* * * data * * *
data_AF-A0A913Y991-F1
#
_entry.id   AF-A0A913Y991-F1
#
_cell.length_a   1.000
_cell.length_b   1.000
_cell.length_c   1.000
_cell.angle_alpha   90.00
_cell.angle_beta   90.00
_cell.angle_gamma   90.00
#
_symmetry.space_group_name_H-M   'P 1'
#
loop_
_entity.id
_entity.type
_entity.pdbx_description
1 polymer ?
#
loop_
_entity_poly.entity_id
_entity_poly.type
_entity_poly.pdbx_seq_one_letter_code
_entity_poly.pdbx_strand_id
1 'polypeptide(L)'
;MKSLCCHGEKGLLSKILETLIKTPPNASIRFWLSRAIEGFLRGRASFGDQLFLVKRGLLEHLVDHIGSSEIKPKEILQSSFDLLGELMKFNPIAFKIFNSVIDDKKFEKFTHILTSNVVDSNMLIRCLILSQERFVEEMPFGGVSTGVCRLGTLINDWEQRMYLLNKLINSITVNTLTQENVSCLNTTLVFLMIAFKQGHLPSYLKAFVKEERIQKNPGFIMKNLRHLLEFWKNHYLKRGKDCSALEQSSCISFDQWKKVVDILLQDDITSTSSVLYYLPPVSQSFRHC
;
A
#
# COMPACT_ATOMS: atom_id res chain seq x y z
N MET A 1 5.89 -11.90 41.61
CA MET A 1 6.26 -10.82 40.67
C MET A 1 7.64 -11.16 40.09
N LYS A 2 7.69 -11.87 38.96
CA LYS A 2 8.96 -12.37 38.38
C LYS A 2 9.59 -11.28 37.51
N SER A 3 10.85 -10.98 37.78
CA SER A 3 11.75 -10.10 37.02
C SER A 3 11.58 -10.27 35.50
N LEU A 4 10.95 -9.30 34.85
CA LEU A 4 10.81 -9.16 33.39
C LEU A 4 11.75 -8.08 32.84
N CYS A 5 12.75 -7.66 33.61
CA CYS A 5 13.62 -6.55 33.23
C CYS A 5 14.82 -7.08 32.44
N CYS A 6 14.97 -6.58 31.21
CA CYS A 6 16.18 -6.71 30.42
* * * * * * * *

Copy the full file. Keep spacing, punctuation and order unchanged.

data_AF-A0A913Y991-F1
#
_entry.id   AF-A0A913Y991-F1
#
_cell.length_a   1.000
_cell.length_b   1.000
_cell.length_c   1.000
_cell.angle_alpha   90.00
_cell.angle_beta   90.00
_cell.angle_gamma   90.00
#
_symmetry.space_group_name_H-M   'P 1'
#
loop_
_entity.id
_entity.type
_entity.pdbx_description
1 polymer ?
#
loop_
_entity_poly.entity_id
_entity_poly.type
_entity_poly.pdbx_seq_one_letter_code
_entity_poly.pdbx_strand_id
1 'polypeptide(L)'
;MKSLCCHGEKGLLSKILETLIKTPPNASIRFWLSRAIEGFLRGRASFGDQLFLVKRGLLEHLVDHIGSSEIKPKEILQSSFDLLGELMKFNPIAFKIFNSVIDDKKFEKFTHILTSNVVDSNMLIRCLILSQERFVEEMPFGGVSTGVCRLGTLINDWEQRMYLLNKLINSITVNTLTQENVSCLNTTLVFLMIAFKQGHLPSYLKAFVKEERIQKNPGFIMKNLRHLLEFWKNHYLKRGKDCSALEQSSCISFDQWKKVVDILLQDDITSTSSVLYYLPPVSQSFRHC
;
A
#
# COMPACT_ATOMS: atom_id res chain seq x y z
N MET A 1 5.89 -11.90 41.61
CA MET A 1 6.26 -10.82 40.67
C MET A 1 7.64 -11.16 40.09
N LYS A 2 7.69 -11.87 38.96
CA LYS A 2 8.96 -12.37 38.38
C LYS A 2 9.59 -11.28 37.51
N SER A 3 10.85 -10.98 37.78
CA SER A 3 11.75 -10.10 37.02
C SER A 3 11.58 -10.27 35.50
N LEU A 4 10.95 -9.30 34.85
CA LEU A 4 10.81 -9.16 33.39
C LEU A 4 11.75 -8.08 32.84
N CYS A 5 12.75 -7.66 33.61
CA CYS A 5 13.62 -6.55 33.23
C CYS A 5 14.82 -7.08 32.44
N CYS A 6 14.97 -6.58 31.21
CA CYS A 6 16.18 -6.71 30.42